19 December 2019 by James Langley

Amey fined by Cambridgeshire council

Waste management company Amey has been fined half a million pounds by Cambridgeshire County Council for sending too much of the region’s biodegradable waste to landfill.

The target for biodegradable waste to be sent to landfill, set at 48,808 tonnes per year, was exceeded by 29%.

Amey says its MBT facility was damaged by storm Erik

A Cambridgeshire County Council spokesperson said: “The £500,000 is paid by Amey to the council for sending more biodegradable contract waste to landfill than the ceiling amount specified in the contract during 2018/19 financial year.”

Storm Erik

Amey blamed the missed target on damage caused by storm Erik in February to its Mechanical Biological Treatment (MBT) facility in the Cambridgeshire village of Waterbeach.

The MBT facility is located in the Cambridgeshire village of Waterbeach

A company spokesperson said: “The target for the maximum amount of biodegradable waste that can be sent to landfill was missed due to part of the mechanical and biological treatment plant being shut between February and May 2019.

“This was so that emergency repairs could be carried out to the roof of the building, which was damaged by storm Erik on 8 February.”


The council agreed the damage had been caused by an act of nature, but said it took missing its targets seriously.

The council spokesperson said: “We monitor our contractor’s work very closely and take the matter of not meeting key targets very seriously.

“In this instance, we were aware through our monitoring and liaison with Amey that the target would not be met.

“The damage to the mechanical and biological treatment plant that led to the performance failure was caused by an act of nature, and the repairs were carried out at Amey’s cost.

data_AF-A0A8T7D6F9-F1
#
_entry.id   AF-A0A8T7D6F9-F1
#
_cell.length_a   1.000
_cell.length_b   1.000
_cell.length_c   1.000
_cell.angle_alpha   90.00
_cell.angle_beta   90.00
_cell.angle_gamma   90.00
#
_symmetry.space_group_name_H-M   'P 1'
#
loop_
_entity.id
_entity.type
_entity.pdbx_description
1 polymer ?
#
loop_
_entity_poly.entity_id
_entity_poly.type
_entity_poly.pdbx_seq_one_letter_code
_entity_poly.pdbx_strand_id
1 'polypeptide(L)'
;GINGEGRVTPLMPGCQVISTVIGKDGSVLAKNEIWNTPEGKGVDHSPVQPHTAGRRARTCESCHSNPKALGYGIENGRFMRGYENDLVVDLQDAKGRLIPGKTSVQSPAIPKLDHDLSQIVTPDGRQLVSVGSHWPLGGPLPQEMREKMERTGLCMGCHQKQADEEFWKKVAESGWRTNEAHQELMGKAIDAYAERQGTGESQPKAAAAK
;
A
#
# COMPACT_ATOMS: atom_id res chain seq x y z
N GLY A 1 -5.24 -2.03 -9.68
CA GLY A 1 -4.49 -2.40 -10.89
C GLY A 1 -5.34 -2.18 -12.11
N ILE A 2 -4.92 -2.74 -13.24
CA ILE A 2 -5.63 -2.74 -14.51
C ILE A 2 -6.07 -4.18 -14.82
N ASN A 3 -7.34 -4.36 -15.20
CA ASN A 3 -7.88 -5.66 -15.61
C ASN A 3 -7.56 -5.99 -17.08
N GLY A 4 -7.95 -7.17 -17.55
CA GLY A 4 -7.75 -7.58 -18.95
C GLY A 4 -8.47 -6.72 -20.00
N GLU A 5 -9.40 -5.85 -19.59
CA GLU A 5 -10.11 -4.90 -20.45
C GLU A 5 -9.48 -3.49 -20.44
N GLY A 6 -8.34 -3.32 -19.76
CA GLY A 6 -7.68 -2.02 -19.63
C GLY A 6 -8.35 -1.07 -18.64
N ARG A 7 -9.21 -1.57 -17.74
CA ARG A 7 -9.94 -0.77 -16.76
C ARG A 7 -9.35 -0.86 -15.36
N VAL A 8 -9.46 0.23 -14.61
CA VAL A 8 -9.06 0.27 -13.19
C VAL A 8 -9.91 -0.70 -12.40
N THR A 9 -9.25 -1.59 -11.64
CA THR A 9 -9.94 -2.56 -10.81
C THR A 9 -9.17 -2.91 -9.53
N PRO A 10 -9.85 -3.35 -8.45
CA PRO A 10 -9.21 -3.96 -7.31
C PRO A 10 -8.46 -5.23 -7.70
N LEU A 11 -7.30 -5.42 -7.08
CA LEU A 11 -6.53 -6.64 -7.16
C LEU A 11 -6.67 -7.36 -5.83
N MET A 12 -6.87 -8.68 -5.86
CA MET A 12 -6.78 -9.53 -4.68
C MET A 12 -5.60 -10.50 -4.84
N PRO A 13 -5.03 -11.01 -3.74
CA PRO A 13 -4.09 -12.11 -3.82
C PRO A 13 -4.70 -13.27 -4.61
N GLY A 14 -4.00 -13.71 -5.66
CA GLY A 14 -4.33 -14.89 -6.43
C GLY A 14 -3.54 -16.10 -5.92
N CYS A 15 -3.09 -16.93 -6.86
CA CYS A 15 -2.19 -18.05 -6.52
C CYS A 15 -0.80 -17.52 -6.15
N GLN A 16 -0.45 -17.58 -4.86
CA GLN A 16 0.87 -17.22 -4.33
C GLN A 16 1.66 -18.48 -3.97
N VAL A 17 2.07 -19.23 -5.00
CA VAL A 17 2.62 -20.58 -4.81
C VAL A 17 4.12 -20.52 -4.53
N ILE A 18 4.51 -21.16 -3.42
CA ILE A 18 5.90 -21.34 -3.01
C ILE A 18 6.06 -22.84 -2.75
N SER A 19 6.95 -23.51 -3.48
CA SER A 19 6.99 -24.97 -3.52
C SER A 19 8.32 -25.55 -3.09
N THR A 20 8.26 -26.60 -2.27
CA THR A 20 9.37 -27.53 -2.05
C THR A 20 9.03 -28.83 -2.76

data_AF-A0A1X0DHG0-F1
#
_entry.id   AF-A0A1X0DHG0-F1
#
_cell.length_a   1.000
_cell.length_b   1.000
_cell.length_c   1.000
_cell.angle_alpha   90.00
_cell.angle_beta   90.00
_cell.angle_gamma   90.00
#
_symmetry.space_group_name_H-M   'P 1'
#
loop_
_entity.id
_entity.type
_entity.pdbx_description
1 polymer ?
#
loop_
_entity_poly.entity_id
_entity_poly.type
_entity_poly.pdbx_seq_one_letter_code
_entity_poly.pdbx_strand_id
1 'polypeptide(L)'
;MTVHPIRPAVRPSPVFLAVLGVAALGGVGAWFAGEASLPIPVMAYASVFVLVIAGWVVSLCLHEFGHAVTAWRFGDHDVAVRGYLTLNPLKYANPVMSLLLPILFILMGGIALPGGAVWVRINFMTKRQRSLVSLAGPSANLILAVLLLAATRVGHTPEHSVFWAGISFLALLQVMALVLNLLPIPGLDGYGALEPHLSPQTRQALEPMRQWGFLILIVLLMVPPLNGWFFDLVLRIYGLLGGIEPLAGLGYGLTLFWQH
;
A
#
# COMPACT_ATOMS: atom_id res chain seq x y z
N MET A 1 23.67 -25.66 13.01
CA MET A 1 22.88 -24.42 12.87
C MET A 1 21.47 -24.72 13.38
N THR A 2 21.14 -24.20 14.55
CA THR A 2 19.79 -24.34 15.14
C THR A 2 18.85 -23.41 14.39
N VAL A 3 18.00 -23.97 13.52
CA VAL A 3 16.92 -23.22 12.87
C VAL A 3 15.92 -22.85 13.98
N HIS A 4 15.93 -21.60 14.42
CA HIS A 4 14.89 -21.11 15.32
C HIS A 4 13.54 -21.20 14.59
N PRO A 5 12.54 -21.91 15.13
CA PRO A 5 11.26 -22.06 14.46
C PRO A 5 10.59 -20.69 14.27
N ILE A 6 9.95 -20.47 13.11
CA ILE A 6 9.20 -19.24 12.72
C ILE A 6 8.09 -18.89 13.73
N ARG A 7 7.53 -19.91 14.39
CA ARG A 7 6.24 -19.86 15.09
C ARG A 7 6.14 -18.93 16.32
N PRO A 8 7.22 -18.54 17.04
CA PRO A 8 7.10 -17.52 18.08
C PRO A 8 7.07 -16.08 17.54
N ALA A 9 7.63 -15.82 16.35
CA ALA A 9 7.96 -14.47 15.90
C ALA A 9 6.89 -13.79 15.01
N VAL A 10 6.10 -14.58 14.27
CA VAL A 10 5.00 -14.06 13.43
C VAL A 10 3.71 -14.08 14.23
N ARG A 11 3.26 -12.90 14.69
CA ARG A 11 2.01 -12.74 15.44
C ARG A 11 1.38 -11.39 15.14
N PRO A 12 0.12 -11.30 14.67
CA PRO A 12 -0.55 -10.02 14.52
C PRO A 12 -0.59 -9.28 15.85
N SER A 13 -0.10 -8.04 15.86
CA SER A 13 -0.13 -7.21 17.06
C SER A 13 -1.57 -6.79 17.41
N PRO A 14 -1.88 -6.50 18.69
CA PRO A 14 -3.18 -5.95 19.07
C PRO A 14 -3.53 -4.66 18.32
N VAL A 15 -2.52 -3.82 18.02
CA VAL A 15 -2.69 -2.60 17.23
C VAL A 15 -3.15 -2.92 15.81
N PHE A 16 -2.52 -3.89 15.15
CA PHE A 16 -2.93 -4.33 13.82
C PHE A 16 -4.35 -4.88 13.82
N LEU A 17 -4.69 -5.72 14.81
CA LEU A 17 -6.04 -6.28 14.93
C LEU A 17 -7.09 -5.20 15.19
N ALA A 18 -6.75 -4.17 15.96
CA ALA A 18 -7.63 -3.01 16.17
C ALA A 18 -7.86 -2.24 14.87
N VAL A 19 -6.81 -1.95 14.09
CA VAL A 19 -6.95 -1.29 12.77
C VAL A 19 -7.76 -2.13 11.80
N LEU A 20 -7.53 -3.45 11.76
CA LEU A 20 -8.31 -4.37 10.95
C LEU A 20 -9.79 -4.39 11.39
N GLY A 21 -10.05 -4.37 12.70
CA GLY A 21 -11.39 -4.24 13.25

“If more biodegradable waste is sent to landfill than the contract performance indicator allows there will be an appropriate financial deduction.”


With Amey failing to meet its contractual obligations, the county council ordered the waste management company to pay a £500,000 penalty charge.

Amey has provided waste treatment to Cambridgeshire since 2008

The Amey spokesperson said: “As a responsible operator, we kept Cambridgeshire County Council informed of the situation, carried out the repairs at our own cost and compensated the council, despite this being caused by an act of nature rather than a performance failure by Amey.”


Amey has been contracted to provide waste treatment and household waste facilities to Cambridgeshire since March 2008.

In April this year Amey launched an appeal against a decision by the county council to block plans for a 250,000 tonnes-per-year capacity energy from waste (EfW) facility (see letsrecycle.com story).

The decision to appeal was taken nearly eight months after the original proposal was rejected.


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